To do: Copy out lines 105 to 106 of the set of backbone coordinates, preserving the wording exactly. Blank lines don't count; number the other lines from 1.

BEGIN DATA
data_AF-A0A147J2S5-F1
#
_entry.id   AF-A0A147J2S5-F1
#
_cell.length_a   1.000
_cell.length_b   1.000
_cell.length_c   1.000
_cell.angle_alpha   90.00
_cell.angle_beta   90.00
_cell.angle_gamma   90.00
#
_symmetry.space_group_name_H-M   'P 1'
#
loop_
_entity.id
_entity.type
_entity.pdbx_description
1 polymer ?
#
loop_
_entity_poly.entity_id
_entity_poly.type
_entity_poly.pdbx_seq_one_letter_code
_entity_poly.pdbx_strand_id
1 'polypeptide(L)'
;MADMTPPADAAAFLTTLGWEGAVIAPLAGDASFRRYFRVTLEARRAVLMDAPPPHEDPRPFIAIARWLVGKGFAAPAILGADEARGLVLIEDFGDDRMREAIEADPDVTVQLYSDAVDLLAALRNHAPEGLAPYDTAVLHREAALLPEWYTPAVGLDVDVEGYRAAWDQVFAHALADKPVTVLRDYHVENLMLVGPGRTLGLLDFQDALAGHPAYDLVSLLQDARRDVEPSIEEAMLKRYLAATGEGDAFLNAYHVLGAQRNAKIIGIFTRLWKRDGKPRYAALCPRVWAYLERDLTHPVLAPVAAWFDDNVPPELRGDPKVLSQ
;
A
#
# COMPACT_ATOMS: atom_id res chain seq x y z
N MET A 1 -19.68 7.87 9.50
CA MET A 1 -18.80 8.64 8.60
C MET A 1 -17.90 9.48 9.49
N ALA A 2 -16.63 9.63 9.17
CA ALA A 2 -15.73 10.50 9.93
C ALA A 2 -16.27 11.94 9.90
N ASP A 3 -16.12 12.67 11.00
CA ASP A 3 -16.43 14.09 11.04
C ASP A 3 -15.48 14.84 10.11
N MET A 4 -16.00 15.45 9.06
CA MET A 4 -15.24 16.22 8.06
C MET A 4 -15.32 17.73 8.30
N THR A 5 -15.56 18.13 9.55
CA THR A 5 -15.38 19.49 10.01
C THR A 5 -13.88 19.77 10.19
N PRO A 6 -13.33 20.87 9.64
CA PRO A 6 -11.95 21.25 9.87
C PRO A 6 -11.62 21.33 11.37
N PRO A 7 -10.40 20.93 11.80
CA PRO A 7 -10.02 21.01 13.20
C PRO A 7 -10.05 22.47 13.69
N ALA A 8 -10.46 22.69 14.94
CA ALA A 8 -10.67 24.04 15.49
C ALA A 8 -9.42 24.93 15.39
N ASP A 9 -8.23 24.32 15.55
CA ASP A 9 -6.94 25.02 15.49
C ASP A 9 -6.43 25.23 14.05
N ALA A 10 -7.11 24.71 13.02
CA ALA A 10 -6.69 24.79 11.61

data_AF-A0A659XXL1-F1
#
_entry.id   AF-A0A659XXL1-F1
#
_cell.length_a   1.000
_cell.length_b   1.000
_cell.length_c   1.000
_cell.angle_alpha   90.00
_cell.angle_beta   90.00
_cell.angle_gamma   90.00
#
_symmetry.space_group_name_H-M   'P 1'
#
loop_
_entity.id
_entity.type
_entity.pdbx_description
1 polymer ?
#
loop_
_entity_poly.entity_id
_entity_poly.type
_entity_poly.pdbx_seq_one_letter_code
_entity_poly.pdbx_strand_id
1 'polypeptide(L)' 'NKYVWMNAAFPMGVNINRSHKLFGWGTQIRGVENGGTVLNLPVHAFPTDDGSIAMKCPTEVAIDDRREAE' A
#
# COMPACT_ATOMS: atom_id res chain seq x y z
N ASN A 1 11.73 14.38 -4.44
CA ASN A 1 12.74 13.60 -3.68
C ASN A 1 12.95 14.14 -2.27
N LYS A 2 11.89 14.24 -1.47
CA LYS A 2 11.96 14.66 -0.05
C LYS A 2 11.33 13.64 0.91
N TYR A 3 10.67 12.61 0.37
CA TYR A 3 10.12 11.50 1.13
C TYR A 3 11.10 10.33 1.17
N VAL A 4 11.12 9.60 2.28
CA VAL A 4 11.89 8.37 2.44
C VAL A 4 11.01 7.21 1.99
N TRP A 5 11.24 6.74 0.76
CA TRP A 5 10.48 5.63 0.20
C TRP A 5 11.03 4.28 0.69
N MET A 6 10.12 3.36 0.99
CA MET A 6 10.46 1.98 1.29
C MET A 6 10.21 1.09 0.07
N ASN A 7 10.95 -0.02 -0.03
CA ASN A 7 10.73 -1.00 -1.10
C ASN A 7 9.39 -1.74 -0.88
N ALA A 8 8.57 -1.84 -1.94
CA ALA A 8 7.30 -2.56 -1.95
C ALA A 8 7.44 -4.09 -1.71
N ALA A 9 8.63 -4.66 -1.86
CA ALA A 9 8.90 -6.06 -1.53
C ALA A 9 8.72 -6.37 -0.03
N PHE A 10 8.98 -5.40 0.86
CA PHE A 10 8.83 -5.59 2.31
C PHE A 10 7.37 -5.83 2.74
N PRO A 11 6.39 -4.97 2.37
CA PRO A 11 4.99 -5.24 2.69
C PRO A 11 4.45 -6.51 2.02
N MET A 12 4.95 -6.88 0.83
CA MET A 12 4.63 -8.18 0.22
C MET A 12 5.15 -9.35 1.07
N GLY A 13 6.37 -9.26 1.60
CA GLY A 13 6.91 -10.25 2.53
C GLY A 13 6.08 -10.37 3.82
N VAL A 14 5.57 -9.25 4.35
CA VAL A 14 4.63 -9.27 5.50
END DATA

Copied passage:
N ASN A 7 10.95 -0.02 -0.03
CA ASN A 7 10.73 -1.00 -1.10